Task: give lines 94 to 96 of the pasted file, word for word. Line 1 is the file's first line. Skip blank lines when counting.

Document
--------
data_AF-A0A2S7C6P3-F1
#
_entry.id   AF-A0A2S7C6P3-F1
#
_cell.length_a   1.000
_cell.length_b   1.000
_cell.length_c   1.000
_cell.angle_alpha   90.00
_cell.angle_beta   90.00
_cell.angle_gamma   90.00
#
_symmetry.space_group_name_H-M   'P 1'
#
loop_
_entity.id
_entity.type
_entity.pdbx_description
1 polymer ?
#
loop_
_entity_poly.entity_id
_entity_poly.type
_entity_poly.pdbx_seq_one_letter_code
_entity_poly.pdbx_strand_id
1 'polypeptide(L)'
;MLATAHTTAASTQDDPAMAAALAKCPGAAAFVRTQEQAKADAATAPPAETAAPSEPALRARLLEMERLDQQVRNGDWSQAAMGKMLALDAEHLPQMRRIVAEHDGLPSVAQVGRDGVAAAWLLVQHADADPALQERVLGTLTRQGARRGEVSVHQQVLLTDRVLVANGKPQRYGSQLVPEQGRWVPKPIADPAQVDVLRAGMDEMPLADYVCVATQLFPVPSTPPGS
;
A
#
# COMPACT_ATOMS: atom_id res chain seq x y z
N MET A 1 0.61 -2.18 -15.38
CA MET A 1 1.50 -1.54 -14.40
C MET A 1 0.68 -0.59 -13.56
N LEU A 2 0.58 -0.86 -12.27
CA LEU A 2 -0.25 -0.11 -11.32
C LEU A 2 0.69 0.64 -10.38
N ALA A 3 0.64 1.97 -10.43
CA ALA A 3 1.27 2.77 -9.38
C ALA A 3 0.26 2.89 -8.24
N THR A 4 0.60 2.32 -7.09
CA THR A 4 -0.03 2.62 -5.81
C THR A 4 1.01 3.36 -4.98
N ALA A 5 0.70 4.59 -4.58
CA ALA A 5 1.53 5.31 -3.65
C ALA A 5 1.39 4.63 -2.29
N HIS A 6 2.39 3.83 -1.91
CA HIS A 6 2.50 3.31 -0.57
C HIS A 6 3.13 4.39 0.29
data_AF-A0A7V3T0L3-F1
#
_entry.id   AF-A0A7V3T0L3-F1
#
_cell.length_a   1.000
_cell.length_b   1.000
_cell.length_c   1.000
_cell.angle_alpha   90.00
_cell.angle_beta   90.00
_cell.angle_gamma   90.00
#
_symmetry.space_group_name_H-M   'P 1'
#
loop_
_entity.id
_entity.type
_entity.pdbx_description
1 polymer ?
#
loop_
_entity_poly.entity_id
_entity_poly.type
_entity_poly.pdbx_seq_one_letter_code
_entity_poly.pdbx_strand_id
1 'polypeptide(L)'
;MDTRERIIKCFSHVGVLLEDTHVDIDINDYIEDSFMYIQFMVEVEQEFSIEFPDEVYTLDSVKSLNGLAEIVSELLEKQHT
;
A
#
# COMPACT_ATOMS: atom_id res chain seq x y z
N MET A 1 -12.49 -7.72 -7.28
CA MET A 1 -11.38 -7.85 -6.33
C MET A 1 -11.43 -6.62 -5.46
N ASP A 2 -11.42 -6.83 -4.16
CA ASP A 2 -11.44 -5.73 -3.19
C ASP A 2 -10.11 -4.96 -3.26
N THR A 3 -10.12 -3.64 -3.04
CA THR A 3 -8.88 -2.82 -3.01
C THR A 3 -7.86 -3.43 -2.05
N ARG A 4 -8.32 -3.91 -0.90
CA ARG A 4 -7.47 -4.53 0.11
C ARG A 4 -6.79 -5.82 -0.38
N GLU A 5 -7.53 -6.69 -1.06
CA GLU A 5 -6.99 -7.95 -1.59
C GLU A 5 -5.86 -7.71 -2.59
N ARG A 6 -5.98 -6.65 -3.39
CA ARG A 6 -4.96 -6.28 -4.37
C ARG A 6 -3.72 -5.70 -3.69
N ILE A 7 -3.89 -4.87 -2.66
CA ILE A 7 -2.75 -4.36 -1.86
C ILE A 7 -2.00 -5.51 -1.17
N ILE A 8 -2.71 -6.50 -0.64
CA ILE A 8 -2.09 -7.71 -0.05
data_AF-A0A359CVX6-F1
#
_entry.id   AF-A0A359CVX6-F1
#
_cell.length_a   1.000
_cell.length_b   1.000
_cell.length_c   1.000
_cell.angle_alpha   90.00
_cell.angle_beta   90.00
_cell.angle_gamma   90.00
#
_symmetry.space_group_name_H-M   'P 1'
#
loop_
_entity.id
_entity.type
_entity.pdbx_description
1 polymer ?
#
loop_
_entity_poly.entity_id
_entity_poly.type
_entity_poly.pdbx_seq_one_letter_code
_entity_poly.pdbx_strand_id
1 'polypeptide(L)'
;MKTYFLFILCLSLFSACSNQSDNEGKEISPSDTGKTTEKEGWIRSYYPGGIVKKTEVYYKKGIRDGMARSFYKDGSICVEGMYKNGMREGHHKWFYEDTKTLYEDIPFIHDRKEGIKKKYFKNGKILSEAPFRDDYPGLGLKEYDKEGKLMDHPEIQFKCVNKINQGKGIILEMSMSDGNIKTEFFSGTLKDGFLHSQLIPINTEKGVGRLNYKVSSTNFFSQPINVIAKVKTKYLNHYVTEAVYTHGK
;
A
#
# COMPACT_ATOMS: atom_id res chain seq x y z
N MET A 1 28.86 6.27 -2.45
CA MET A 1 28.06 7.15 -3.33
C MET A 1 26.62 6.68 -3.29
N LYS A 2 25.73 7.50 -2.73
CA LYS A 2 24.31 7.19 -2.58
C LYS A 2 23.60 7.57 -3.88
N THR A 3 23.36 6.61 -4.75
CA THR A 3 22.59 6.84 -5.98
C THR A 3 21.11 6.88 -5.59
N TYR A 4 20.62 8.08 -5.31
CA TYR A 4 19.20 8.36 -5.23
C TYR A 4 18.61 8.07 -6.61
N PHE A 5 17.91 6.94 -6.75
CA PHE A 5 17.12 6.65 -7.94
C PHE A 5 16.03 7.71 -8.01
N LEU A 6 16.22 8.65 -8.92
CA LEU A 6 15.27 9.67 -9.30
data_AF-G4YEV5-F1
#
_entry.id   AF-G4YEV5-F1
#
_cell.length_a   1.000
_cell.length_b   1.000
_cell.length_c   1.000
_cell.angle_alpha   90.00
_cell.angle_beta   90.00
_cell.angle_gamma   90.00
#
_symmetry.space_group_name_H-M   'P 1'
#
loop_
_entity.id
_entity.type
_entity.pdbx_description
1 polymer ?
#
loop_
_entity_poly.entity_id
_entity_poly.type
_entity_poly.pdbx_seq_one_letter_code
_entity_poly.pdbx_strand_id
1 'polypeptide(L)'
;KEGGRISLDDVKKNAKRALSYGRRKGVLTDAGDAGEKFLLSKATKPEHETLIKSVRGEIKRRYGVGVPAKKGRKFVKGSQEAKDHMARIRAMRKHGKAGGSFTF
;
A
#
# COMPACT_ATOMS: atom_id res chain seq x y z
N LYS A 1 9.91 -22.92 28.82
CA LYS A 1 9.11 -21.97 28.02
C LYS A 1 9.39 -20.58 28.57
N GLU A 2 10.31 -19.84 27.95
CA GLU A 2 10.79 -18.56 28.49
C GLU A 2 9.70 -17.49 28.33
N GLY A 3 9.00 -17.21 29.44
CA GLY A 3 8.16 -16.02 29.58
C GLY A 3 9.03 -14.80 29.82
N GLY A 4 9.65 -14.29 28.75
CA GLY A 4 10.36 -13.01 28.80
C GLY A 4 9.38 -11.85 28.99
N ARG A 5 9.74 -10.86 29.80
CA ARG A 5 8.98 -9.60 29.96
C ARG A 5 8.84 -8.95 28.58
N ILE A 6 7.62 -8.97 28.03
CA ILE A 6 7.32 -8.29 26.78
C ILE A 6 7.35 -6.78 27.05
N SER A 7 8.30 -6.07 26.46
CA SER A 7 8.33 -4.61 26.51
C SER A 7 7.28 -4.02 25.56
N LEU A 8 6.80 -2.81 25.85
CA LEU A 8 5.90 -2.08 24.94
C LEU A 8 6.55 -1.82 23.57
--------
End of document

N ARG A 6 -5.98 -6.65 -3.39
CA ARG A 6 -4.96 -6.28 -4.37
C ARG A 6 -3.72 -5.70 -3.69